Dershowitz on Defending the Constitution: Urge Congress to Act on Section 230

By Zachary Stieber
Zachary Stieber
Zachary Stieber
Zachary Stieber covers U.S. news, including politics and court cases. He started at The Epoch Times as a New York City metro reporter.
July 16, 2021 Updated: August 18, 2021

Americans can reach out to members of Congress on curbing Big Tech’s power by altering Section 230 as well as use smaller, upcoming social media platforms to bolster competition, according to law professor Alan Dershowitz.

“Make sure that their members of Congress are sensitive and do something about 230. Subscribe to alternate platforms than the big three and try to create competition, and just expose this, make it, bring it to the public, make it clear to everybody that this is a great threat to the marketplace of ideas and freedom of speech,” Dershowitz, a Harvard Law School professor and constitutional expert, told The Epoch Times.

Section 230 of the Communications Decency Act shields Big Tech, including Facebook, from most lawsuits because it bars website providers from being liable for information “provided by another information content provider.”

As the platforms have gained increasing market share in recent years, and taken increasingly aggressive moderation actions like banning President Donald Trump in January, calls to alter the law have grown. Trump sued the platforms last week.

Opinions on how to alter Section 230 differ. Dershowitz suggests giving companies a choice.

“You can check the box. If you’re just going to be a platform and you don’t censor, then you get to 230 exemption, but if you’re going to be like The New York Times or CNN and decide what goes on and what doesn’t go on, then you have to be treated like The New York Times and CNN; you could be [sued] if what you put on the air is defamatory or in other ways subject to legal restrictions,” he said.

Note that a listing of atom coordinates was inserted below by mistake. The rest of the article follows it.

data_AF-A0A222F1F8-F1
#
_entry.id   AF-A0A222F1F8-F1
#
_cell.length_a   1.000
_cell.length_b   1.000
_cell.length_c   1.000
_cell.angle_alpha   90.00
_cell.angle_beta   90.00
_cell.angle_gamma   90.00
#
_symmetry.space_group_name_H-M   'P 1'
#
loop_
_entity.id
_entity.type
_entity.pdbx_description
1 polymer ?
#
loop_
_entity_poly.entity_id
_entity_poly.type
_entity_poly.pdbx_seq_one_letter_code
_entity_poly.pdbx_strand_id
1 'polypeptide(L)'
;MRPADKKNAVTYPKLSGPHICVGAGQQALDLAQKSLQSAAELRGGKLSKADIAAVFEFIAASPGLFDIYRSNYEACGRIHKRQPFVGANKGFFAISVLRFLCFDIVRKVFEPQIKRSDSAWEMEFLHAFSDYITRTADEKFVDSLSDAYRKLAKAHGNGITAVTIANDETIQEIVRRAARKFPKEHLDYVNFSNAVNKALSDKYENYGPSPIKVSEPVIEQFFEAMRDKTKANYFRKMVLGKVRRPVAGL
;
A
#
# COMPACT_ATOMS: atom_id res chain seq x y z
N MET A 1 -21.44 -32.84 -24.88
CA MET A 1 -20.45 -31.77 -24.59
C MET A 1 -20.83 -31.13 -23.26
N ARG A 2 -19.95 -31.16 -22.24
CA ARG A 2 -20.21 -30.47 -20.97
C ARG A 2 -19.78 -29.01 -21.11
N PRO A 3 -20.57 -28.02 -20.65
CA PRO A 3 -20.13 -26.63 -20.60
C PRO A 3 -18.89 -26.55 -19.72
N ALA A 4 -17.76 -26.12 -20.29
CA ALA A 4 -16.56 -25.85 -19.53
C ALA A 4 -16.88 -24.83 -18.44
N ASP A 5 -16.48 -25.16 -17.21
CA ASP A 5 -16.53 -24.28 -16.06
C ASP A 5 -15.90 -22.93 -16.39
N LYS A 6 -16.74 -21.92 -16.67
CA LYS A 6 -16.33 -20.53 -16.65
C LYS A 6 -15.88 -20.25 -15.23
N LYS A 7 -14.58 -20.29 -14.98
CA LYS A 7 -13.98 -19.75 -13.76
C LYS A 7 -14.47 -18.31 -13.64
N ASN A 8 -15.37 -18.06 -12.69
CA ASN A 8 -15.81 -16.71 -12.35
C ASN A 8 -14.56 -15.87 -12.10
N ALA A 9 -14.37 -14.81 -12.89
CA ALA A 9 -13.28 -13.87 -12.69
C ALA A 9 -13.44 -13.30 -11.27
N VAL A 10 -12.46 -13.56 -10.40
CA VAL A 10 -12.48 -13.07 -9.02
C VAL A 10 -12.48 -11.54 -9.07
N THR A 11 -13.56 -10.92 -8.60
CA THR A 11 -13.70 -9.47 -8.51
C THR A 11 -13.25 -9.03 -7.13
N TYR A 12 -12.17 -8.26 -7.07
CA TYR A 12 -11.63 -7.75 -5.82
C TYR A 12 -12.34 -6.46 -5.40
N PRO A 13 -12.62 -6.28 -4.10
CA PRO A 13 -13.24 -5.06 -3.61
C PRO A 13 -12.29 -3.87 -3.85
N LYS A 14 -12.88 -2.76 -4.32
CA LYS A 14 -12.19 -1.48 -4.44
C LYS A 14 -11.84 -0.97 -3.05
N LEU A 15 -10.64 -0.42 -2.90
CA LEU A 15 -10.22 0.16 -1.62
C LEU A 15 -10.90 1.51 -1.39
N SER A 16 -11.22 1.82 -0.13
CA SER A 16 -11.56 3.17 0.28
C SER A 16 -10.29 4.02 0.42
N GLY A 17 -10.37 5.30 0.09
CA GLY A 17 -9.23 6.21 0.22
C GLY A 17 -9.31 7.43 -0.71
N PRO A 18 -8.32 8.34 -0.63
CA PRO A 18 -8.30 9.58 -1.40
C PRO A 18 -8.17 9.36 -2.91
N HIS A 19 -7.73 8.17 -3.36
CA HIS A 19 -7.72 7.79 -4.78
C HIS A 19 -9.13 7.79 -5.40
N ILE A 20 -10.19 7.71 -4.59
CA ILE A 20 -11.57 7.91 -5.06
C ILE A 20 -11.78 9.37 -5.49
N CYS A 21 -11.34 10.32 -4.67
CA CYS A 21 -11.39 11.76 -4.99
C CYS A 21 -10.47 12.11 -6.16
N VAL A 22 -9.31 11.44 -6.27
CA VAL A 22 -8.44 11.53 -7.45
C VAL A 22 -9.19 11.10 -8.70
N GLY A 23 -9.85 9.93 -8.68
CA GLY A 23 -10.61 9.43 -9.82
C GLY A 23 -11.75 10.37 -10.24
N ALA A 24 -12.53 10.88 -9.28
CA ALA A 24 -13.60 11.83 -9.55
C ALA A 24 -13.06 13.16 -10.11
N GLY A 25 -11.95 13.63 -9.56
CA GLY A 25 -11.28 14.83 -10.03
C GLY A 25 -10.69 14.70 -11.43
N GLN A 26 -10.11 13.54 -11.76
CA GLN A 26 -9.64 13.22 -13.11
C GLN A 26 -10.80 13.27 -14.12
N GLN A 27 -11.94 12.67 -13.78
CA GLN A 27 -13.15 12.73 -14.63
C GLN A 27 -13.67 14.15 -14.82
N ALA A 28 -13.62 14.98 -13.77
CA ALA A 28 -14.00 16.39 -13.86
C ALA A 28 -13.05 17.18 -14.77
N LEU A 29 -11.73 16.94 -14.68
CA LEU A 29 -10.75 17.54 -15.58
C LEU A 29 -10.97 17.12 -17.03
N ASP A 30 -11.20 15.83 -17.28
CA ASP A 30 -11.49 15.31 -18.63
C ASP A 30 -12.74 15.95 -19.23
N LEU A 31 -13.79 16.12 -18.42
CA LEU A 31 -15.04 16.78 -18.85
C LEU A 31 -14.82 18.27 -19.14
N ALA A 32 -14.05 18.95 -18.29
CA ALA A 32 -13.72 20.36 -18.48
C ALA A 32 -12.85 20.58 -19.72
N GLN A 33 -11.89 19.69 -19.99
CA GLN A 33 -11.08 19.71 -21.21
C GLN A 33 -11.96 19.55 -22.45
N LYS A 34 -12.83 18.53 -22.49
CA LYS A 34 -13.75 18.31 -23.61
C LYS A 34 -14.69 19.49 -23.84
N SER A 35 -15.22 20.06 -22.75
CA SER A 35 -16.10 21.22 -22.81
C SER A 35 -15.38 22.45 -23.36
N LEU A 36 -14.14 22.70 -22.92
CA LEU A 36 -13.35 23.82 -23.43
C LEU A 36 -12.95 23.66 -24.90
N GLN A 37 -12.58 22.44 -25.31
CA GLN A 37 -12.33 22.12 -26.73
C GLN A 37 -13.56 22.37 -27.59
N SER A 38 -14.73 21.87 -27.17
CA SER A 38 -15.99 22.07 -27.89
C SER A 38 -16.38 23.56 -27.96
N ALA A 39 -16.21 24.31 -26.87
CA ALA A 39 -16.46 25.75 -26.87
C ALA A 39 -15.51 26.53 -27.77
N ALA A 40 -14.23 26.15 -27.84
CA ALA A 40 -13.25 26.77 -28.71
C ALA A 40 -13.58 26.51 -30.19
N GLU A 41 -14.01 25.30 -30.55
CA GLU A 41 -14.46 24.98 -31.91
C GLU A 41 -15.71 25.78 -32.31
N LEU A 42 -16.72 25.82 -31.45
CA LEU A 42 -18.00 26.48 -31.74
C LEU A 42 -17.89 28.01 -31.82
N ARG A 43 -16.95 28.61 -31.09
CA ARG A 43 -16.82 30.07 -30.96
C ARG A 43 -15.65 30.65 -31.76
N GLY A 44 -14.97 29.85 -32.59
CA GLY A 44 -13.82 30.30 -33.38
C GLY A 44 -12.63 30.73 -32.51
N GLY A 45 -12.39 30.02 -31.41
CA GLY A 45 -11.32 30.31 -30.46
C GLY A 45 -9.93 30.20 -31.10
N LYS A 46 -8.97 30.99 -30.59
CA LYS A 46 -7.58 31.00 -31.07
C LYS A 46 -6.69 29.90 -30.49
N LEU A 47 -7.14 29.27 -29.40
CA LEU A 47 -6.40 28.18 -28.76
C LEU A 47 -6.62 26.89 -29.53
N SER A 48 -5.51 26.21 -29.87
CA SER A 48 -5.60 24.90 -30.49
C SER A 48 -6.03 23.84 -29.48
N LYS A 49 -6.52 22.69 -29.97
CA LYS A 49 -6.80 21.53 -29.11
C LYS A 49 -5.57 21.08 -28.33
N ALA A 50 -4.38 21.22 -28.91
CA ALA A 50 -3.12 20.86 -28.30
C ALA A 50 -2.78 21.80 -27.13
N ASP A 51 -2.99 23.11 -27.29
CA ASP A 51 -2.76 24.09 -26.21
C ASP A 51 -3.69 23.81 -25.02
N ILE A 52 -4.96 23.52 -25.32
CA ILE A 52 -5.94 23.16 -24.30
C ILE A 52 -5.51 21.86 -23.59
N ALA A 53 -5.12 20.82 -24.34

It’s not clear what the Constitution says about the matter, which is why the Trump suit “is an important one, because it may finally give us the answer,” added Dershowitz.

Supreme Court Justice Clarence Thomas, a George H.W. Bush nominee, has written about his opposition to what he describes as courts having “departed from the most natural reading” of the section by “giving Internet companies immunity for their own content.” As of now, the opinions of the other eight justices remain unclear.

Big Tech companies have largely agreed that Section 230 needs altering and made recommendations to members of Congress on what changes to make. No reforms have yet been passed by the House or the Senate, both currently controlled by Democrats.

Besides filing an affidavit in the Trump case, Dershowitz recently sued CNN over alleged defamation and Netflix over a portrayal of him in a show about Jeffrey Epstein.

“I’m actively involved in trying to make the marketplace of ideas more open to dissenting and diverse views,” said Dershowitz, who will soon participate in a panel discussion about defending the Constitution held by The Epoch Times.

The law professor also penned a book about how “Big Tech progressives” and universities created a new culture of censorship. The “Case Against the New Censorship: Protecting Free Speech from Big Tech, Progressives, and Universities,” was published earlier this year.

“It’s an exposure of the new type of censorship, but comparing it to the old censorship,” he said. “The old censorship was by the government, we won all those cases because the First Amendment was on our side. I litigated many of the most important First Amendment cases of the 20th century, and we won them all. But now the censorship is coming from private parties that have their own personal rights and they think of themselves as do gooders and so it’s much harder to fight against the new censorship, and so this is a book that describes ways of fighting against it, and what the problem is.”

Panel discussion: Defending the Constitution: Why It Matters Now More Than Ever
Date: Monday, July 19, 2021
Time: 6 p.m.–8 p.m.
For more information about the panel discussion, please visit

Zachary Stieber
Zachary Stieber
Zachary Stieber covers U.S. news, including politics and court cases. He started at The Epoch Times as a New York City metro reporter.